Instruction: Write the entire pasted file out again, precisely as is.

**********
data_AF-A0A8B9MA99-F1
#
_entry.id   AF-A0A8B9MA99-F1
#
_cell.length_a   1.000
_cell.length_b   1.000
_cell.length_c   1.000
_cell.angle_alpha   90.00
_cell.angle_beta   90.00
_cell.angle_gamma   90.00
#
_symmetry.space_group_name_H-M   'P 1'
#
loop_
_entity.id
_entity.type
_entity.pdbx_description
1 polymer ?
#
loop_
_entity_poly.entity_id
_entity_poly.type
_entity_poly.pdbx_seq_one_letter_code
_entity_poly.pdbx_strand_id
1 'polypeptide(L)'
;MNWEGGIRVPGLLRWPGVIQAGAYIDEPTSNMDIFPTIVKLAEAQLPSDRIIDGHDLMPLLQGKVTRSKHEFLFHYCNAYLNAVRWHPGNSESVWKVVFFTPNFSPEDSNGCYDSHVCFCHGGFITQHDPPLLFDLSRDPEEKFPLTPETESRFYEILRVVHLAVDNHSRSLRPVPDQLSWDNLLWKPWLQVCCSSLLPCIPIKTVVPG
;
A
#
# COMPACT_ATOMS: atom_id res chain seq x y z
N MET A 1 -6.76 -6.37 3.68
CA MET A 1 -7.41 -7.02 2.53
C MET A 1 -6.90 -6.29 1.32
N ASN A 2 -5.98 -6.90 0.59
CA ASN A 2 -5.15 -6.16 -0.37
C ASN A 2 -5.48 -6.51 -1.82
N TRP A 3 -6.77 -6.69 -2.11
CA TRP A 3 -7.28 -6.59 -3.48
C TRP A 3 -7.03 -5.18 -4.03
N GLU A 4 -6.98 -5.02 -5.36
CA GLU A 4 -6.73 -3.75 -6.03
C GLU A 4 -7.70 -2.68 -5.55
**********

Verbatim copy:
data_AF-A0A8B9MA99-F1
#
_entry.id   AF-A0A8B9MA99-F1
#
_cell.length_a   1.000
_cell.length_b   1.000
_cell.length_c   1.000
_cell.angle_alpha   90.00
_cell.angle_beta   90.00
_cell.angle_gamma   90.00
#
_symmetry.space_group_name_H-M   'P 1'
#
loop_
_entity.id
_entity.type
_entity.pdbx_description
1 polymer ?
#
loop_
_entity_poly.entity_id
_entity_poly.type
_entity_poly.pdbx_seq_one_letter_code
_entity_poly.pdbx_strand_id
1 'polypeptide(L)'
;MNWEGGIRVPGLLRWPGVIQAGAYIDEPTSNMDIFPTIVKLAEAQLPSDRIIDGHDLMPLLQGKVTRSKHEFLFHYCNAYLNAVRWHPGNSESVWKVVFFTPNFSPEDSNGCYDSHVCFCHGGFITQHDPPLLFDLSRDPEEKFPLTPETESRFYEILRVVHLAVDNHSRSLRPVPDQLSWDNLLWKPWLQVCCSSLLPCIPIKTVVPG
;
A
#
# COMPACT_ATOMS: atom_id res chain seq x y z
N MET A 1 -6.76 -6.37 3.68
CA MET A 1 -7.41 -7.02 2.53
C MET A 1 -6.90 -6.29 1.32
N ASN A 2 -5.98 -6.90 0.59
CA ASN A 2 -5.15 -6.16 -0.37
C ASN A 2 -5.48 -6.51 -1.82
N TRP A 3 -6.77 -6.69 -2.11
CA TRP A 3 -7.28 -6.59 -3.48
C TRP A 3 -7.03 -5.18 -4.03
N GLU A 4 -6.98 -5.02 -5.36
CA GLU A 4 -6.73 -3.75 -6.03
C GLU A 4 -7.70 -2.68 -5.55